A few weeks ago, over an informal lunch of barbeque sandwiches, a childhood friend announced that he and his wife were expecting twins and searching for land with plans to build a house.
In a scene made for romantic comedies, I immediately began feigning humility, eager to take on my practiced role as “home architect for budding family of four,” but when the invitation didn’t arrive, I couldn’t help but ask who was designing the house. “We are,” he said, with a confidence that added to his statement, “Who else?”
I don’t pretend to understand a thing about what Kurt does for a living — something with lipids and rodents, and perhaps an impending doctorate — so I couldn’t help but flinch at the implication that anybody could do my job. I’ve never fancied myself much of a salesman, most often having the luxury of working with those that have requested my skills, but that it didn’t occur to my friend, who envied my little construction paper houses in Mrs. Froeming’s third-grade classroom, to even inquire with me about the process of designing a home. It forced me to pitch my profession more aggressively than I had ever done before.
I illustrated my point with actual examples from my own work. In a Fulton neighborhood project, we doubled the size of a too-small bungalow by adding a second floor in the massing of a traditional one-and-a-half story, and earned an award for preserving the character of the neighborhood. Across the river, I’ve been assisting a client with a modern vision for her home develop a 21st century concept within the confines of an historically significant 19th century home. I mentioned the importance of melding the house to the land, focusing views, maximizing daylight, ensuring a building envelope sealed from wind and water and creating opportunities for passive and active renewable energy sources, among other things.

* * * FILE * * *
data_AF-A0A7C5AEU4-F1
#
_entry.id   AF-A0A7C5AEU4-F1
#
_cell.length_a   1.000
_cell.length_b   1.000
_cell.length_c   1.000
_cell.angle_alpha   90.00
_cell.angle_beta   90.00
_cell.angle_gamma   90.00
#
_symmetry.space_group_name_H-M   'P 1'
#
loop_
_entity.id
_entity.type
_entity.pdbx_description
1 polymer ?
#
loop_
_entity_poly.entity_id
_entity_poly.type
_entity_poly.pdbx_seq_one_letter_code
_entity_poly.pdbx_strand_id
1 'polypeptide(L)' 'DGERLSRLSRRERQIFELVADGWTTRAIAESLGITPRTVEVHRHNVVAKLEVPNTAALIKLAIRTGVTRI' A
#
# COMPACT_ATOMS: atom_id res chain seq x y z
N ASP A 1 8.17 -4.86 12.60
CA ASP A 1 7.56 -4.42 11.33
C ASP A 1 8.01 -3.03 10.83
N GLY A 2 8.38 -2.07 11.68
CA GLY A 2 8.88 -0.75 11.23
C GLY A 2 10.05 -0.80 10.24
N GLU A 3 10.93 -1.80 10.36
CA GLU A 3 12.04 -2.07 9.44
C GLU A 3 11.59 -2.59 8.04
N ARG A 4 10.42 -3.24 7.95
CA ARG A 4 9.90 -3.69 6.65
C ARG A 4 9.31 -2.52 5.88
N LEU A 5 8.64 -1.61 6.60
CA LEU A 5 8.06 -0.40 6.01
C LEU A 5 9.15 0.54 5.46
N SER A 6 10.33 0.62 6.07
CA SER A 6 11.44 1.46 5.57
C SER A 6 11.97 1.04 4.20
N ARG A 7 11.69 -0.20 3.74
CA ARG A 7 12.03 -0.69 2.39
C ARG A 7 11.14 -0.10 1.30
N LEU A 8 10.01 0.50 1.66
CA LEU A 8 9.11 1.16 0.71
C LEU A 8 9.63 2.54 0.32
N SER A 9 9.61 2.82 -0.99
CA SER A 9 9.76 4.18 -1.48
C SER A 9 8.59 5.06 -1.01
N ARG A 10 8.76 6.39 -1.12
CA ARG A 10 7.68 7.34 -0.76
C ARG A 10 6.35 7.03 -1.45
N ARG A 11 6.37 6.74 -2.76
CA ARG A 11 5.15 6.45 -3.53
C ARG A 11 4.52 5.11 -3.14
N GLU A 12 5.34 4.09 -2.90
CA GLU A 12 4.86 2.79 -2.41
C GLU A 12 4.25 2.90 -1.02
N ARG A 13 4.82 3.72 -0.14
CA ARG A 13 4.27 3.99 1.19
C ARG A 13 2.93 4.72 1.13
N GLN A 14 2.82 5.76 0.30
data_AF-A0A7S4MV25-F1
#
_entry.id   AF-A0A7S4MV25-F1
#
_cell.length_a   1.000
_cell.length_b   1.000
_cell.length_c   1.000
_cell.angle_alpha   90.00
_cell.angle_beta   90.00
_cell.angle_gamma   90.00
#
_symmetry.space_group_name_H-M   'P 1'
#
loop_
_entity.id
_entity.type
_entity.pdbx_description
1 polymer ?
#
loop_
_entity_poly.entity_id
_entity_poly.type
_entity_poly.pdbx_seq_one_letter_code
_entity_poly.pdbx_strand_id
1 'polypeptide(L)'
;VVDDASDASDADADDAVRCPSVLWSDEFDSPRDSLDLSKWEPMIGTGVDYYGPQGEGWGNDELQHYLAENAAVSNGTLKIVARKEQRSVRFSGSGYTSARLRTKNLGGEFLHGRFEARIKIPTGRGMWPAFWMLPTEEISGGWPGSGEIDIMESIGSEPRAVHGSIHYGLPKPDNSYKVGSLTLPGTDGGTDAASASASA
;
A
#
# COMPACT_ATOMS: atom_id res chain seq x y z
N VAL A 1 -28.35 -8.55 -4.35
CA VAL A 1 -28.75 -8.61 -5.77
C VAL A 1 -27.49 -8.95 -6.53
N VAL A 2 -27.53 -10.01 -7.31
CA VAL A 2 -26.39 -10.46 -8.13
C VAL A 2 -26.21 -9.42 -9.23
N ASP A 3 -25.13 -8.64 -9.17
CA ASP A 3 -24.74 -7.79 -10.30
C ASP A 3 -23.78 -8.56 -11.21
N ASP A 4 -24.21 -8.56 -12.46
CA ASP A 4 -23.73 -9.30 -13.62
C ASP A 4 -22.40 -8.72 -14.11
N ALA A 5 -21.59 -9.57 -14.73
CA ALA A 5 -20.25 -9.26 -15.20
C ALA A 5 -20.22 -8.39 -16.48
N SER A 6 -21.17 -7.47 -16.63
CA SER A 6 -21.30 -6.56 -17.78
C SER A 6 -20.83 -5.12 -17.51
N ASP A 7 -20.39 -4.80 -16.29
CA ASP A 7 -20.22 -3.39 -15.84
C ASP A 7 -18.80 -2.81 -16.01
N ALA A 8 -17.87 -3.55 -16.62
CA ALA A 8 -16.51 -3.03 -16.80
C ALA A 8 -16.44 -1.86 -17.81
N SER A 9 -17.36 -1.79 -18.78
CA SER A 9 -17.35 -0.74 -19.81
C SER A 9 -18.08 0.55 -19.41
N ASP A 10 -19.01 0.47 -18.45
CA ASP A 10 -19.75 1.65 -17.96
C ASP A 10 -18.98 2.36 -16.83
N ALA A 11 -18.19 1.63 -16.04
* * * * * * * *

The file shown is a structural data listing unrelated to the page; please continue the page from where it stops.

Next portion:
Adding in(salt) to injury, Kurt went on to ask why a draftsperson couldn’t consider these things. Tempted this time to pitch my pulled pork sandwich, I reminded myself that Kurt is a good friend and answered his question. Drafting is the technical (and at its best, highly artful) skill necessary to document the design solution, but it does not create that solution. Architecture, on the other hand, is trained problem solving resulting in a functional and elegant solution.
The recent Minneapolis/St. Paul Home Tour brought more than 700 people through the Linden Hill’s home of one of my colleagues. In years past, architect-designed homes were a minority, if not an anomaly, but this year saw a surge in participation, necessitating an icon for architect-designed homes in the tour guide. The swelling ranks of those able to recognize the contributions an architect makes to a home was exemplified with a comment I overheard in the Linden Hills house: “I just don’t want to leave.”
I don’t know if Kurt will call when he begins to design his dream house. It’s naïve to believe everyone will, and I will be the first to admit that the skills of an architect add cost to any project. But hopefully Kurt can now understand, if not appreciate, the value those skills bring. After lunch and my long career justification, I was tempted to ask Kurt if I could help him out by borrowing some mice and attempting lipid extraction with my 0.3 mechanical pencil, but decided it was best to just stick to what I know.
Bryan Anderson lives in Stevens Square. He works for SALA Architects on East Hennepin.